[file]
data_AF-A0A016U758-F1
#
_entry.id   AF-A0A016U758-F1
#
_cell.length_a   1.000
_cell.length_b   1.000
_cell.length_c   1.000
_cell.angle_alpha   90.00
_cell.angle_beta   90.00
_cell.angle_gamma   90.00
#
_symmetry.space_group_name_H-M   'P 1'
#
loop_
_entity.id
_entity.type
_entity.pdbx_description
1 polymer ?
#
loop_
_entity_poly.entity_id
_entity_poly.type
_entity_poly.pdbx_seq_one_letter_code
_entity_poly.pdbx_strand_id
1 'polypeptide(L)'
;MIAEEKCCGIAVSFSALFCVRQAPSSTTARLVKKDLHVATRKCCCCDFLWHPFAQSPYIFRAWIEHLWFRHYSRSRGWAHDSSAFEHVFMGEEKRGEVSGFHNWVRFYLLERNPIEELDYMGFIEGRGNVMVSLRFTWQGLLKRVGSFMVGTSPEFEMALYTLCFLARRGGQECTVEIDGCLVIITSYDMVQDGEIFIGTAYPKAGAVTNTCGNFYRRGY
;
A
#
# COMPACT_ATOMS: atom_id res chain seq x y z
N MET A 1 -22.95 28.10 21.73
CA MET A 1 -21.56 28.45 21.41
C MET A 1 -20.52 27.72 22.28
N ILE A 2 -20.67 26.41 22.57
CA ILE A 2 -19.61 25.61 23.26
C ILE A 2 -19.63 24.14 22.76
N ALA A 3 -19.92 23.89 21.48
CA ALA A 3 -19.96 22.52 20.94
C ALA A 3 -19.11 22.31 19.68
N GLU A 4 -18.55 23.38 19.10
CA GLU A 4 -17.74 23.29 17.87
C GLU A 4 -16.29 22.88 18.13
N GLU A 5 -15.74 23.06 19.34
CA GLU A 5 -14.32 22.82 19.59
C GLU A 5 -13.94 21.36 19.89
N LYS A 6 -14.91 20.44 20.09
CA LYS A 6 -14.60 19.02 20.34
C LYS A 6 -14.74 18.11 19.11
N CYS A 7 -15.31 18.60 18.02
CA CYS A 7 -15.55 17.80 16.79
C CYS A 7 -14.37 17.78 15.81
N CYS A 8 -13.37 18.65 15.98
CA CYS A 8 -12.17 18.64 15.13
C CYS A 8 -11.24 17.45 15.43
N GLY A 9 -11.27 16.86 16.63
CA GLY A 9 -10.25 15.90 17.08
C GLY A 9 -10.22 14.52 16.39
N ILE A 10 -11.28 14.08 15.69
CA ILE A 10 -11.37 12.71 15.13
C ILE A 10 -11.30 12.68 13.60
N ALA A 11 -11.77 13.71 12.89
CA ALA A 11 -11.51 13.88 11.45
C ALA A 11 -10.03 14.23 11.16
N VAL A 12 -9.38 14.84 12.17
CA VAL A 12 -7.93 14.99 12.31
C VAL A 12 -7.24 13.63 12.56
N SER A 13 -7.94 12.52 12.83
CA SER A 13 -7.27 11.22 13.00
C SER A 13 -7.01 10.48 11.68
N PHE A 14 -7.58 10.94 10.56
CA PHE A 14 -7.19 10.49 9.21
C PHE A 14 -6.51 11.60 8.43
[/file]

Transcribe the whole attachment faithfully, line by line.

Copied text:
data_AF-A0A016U758-F1
#
_entry.id   AF-A0A016U758-F1
#
_cell.length_a   1.000
_cell.length_b   1.000
_cell.length_c   1.000
_cell.angle_alpha   90.00
_cell.angle_beta   90.00
_cell.angle_gamma   90.00
#
_symmetry.space_group_name_H-M   'P 1'
#
loop_
_entity.id
_entity.type
_entity.pdbx_description
1 polymer ?
#
loop_
_entity_poly.entity_id
_entity_poly.type
_entity_poly.pdbx_seq_one_letter_code
_entity_poly.pdbx_strand_id
1 'polypeptide(L)'
;MIAEEKCCGIAVSFSALFCVRQAPSSTTARLVKKDLHVATRKCCCCDFLWHPFAQSPYIFRAWIEHLWFRHYSRSRGWAHDSSAFEHVFMGEEKRGEVSGFHNWVRFYLLERNPIEELDYMGFIEGRGNVMVSLRFTWQGLLKRVGSFMVGTSPEFEMALYTLCFLARRGGQECTVEIDGCLVIITSYDMVQDGEIFIGTAYPKAGAVTNTCGNFYRRGY
;
A
#
# COMPACT_ATOMS: atom_id res chain seq x y z
N MET A 1 -22.95 28.10 21.73
CA MET A 1 -21.56 28.45 21.41
C MET A 1 -20.52 27.72 22.28
N ILE A 2 -20.67 26.41 22.57
CA ILE A 2 -19.61 25.61 23.26
C ILE A 2 -19.63 24.14 22.76
N ALA A 3 -19.92 23.89 21.48
CA ALA A 3 -19.96 22.52 20.94
C ALA A 3 -19.11 22.31 19.68
N GLU A 4 -18.55 23.38 19.10
CA GLU A 4 -17.74 23.29 17.87
C GLU A 4 -16.29 22.88 18.13
N GLU A 5 -15.74 23.06 19.34
CA GLU A 5 -14.32 22.82 19.59
C GLU A 5 -13.94 21.36 19.89
N LYS A 6 -14.91 20.44 20.09
CA LYS A 6 -14.60 19.02 20.34
C LYS A 6 -14.74 18.11 19.11
N CYS A 7 -15.31 18.60 18.02
CA CYS A 7 -15.55 17.80 16.79
C CYS A 7 -14.37 17.78 15.81
N CYS A 8 -13.37 18.65 15.98
CA CYS A 8 -12.17 18.64 15.13
C CYS A 8 -11.24 17.45 15.43
N GLY A 9 -11.27 16.86 16.63
CA GLY A 9 -10.25 15.90 17.08
C GLY A 9 -10.22 14.52 16.39
N ILE A 10 -11.28 14.08 15.69
CA ILE A 10 -11.37 12.71 15.13
C ILE A 10 -11.30 12.68 13.60
N ALA A 11 -11.77 13.71 12.89
CA ALA A 11 -11.51 13.88 11.45
C ALA A 11 -10.03 14.23 11.16
N VAL A 12 -9.38 14.84 12.17
CA VAL A 12 -7.93 14.99 12.31
C VAL A 12 -7.24 13.63 12.56
N SER A 13 -7.94 12.52 12.83
CA SER A 13 -7.27 11.22 13.00
C SER A 13 -7.01 10.48 11.68
N PHE A 14 -7.58 10.94 10.56
CA PHE A 14 -7.19 10.49 9.21
C PHE A 14 -6.51 11.60 8.43